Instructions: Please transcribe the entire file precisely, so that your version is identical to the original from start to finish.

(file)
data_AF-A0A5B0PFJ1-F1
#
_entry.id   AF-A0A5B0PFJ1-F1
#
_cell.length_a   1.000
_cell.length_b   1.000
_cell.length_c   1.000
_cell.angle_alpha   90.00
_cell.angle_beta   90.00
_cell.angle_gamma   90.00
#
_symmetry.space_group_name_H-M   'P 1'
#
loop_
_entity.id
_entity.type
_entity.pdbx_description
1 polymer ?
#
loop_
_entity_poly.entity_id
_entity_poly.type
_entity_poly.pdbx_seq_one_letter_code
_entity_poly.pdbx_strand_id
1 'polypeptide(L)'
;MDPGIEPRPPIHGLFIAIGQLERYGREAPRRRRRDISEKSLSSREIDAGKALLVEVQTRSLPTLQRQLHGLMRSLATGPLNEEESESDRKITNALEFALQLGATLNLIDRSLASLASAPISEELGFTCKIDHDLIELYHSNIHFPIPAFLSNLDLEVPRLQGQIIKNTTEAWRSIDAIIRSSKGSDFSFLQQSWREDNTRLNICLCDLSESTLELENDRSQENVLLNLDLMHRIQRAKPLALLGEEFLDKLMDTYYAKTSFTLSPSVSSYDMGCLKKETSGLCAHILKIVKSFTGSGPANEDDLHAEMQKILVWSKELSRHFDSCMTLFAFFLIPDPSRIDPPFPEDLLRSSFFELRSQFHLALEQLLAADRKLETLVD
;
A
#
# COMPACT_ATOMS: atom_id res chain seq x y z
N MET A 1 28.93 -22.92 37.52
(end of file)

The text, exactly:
data_AF-A0A5B0PFJ1-F1
#
_entry.id   AF-A0A5B0PFJ1-F1
#
_cell.length_a   1.000
_cell.length_b   1.000
_cell.length_c   1.000
_cell.angle_alpha   90.00
_cell.angle_beta   90.00
_cell.angle_gamma   90.00
#
_symmetry.space_group_name_H-M   'P 1'
#
loop_
_entity.id
_entity.type
_entity.pdbx_description
1 polymer ?
#
loop_
_entity_poly.entity_id
_entity_poly.type
_entity_poly.pdbx_seq_one_letter_code
_entity_poly.pdbx_strand_id
1 'polypeptide(L)'
;MDPGIEPRPPIHGLFIAIGQLERYGREAPRRRRRDISEKSLSSREIDAGKALLVEVQTRSLPTLQRQLHGLMRSLATGPLNEEESESDRKITNALEFALQLGATLNLIDRSLASLASAPISEELGFTCKIDHDLIELYHSNIHFPIPAFLSNLDLEVPRLQGQIIKNTTEAWRSIDAIIRSSKGSDFSFLQQSWREDNTRLNICLCDLSESTLELENDRSQENVLLNLDLMHRIQRAKPLALLGEEFLDKLMDTYYAKTSFTLSPSVSSYDMGCLKKETSGLCAHILKIVKSFTGSGPANEDDLHAEMQKILVWSKELSRHFDSCMTLFAFFLIPDPSRIDPPFPEDLLRSSFFELRSQFHLALEQLLAADRKLETLVD
;
A
#
# COMPACT_ATOMS: atom_id res chain seq x y z
N MET A 1 28.93 -22.92 37.52